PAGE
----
Study Says Mix of Pesticides a Problem for Bees

For years, scientists have tried to figure out what's killing honeybee colonies. Now a Penn State University scientist is at the helm of a study that points the finger at agricultural pesticides. The Allegheny Front's Kate Malongowski has more.

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For years, scientists have tried to figure out what's killing honeybee colonies. Now a Penn State University scientist is at the helm of a study that points the finger at agricultural pesticides. The Allegheny Front's Kate Malongowski has more.

The study found that a combination of multiple chemical farm pesticides -- as opposed to any one chemical -- proved lethal for bees. Recent declines in honey bees threaten 14 billion dollars worth of US fruit, nut, vegetable and seed production in the United States.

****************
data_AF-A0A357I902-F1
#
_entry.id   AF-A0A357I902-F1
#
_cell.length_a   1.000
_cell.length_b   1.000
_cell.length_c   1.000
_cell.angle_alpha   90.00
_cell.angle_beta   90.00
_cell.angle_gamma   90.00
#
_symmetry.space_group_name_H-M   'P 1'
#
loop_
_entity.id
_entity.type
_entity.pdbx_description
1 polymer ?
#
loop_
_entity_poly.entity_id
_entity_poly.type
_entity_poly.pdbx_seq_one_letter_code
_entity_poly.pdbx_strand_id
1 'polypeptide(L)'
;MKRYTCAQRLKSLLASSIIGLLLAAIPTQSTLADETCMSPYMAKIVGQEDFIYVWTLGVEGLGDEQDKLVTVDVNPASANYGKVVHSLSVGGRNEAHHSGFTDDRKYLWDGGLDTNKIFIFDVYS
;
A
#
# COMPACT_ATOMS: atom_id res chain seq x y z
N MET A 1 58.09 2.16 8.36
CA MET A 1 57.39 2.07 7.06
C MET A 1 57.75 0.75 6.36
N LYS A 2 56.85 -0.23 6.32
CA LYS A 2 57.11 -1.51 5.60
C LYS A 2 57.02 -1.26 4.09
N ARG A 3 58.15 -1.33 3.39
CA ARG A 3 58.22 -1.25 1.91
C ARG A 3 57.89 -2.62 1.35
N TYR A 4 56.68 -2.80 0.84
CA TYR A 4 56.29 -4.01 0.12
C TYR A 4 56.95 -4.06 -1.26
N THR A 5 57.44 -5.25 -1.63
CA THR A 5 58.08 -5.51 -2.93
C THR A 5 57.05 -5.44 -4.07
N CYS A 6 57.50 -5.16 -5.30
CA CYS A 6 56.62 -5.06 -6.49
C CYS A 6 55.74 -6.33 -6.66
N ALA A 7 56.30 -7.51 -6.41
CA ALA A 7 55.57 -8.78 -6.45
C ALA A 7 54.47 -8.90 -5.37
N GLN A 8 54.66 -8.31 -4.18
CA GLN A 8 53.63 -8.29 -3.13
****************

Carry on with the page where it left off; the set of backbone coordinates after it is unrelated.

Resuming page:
Penn State Scientist Chris Mullin says his team examined 749 samples of beeswax, pollen and bees, and found that several pesticides were present in nearly all of them. The scientists are calling for emergency funding quote -- "to address the myriad holes in our scientific understanding of pesticide consequences for pollinators. The survey was taken across 23 states, from both migratory bees and beekeepers' hives."

The study found that an average of eight pesticides were present in beeswax and pollen averaged seven. Also, of all of the samples analyzed, only one of the wax, three pollen and 12 bee samples had no detectable pesticides.

For The Allegheny Front, I'm Kate Malongowski.